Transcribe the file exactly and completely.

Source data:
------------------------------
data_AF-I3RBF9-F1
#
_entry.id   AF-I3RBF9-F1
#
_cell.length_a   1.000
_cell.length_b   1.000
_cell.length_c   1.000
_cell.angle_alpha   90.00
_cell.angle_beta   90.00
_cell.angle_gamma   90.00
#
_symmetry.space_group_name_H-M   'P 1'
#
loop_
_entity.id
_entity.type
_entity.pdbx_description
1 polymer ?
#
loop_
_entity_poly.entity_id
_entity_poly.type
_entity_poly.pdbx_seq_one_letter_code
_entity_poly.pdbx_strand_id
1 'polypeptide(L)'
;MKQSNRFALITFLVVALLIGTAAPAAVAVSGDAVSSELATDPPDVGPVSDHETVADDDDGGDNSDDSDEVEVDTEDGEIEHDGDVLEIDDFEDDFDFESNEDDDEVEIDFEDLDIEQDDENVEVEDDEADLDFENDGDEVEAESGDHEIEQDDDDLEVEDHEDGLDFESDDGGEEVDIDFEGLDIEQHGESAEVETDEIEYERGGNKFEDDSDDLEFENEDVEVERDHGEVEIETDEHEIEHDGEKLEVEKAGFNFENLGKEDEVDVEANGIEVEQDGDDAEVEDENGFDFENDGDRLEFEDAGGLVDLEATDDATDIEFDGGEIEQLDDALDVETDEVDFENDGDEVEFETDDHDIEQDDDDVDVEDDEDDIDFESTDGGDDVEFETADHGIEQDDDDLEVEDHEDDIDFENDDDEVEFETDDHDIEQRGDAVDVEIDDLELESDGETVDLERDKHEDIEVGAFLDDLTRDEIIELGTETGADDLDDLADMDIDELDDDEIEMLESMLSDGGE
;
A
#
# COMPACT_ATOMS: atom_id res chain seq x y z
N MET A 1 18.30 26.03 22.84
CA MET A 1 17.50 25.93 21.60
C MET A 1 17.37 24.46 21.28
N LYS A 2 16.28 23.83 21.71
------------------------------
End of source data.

data_AF-I3RBF9-F1
#
_entry.id   AF-I3RBF9-F1
#
_cell.length_a   1.000
_cell.length_b   1.000
_cell.length_c   1.000
_cell.angle_alpha   90.00
_cell.angle_beta   90.00
_cell.angle_gamma   90.00
#
_symmetry.space_group_name_H-M   'P 1'
#
loop_
_entity.id
_entity.type
_entity.pdbx_description
1 polymer ?
#
loop_
_entity_poly.entity_id
_entity_poly.type
_entity_poly.pdbx_seq_one_letter_code
_entity_poly.pdbx_strand_id
1 'polypeptide(L)'
;MKQSNRFALITFLVVALLIGTAAPAAVAVSGDAVSSELATDPPDVGPVSDHETVADDDDGGDNSDDSDEVEVDTEDGEIEHDGDVLEIDDFEDDFDFESNEDDDEVEIDFEDLDIEQDDENVEVEDDEADLDFENDGDEVEAESGDHEIEQDDDDLEVEDHEDGLDFESDDGGEEVDIDFEGLDIEQHGESAEVETDEIEYERGGNKFEDDSDDLEFENEDVEVERDHGEVEIETDEHEIEHDGEKLEVEKAGFNFENLGKEDEVDVEANGIEVEQDGDDAEVEDENGFDFENDGDRLEFEDAGGLVDLEATDDATDIEFDGGEIEQLDDALDVETDEVDFENDGDEVEFETDDHDIEQDDDDVDVEDDEDDIDFESTDGGDDVEFETADHGIEQDDDDLEVEDHEDDIDFENDDDEVEFETDDHDIEQRGDAVDVEIDDLELESDGETVDLERDKHEDIEVGAFLDDLTRDEIIELGTETGADDLDDLADMDIDELDDDEIEMLESMLSDGGE
;
A
#
# COMPACT_ATOMS: atom_id res chain seq x y z
N MET A 1 18.30 26.03 22.84
CA MET A 1 17.50 25.93 21.60
C MET A 1 17.37 24.46 21.28
N LYS A 2 16.28 23.83 21.71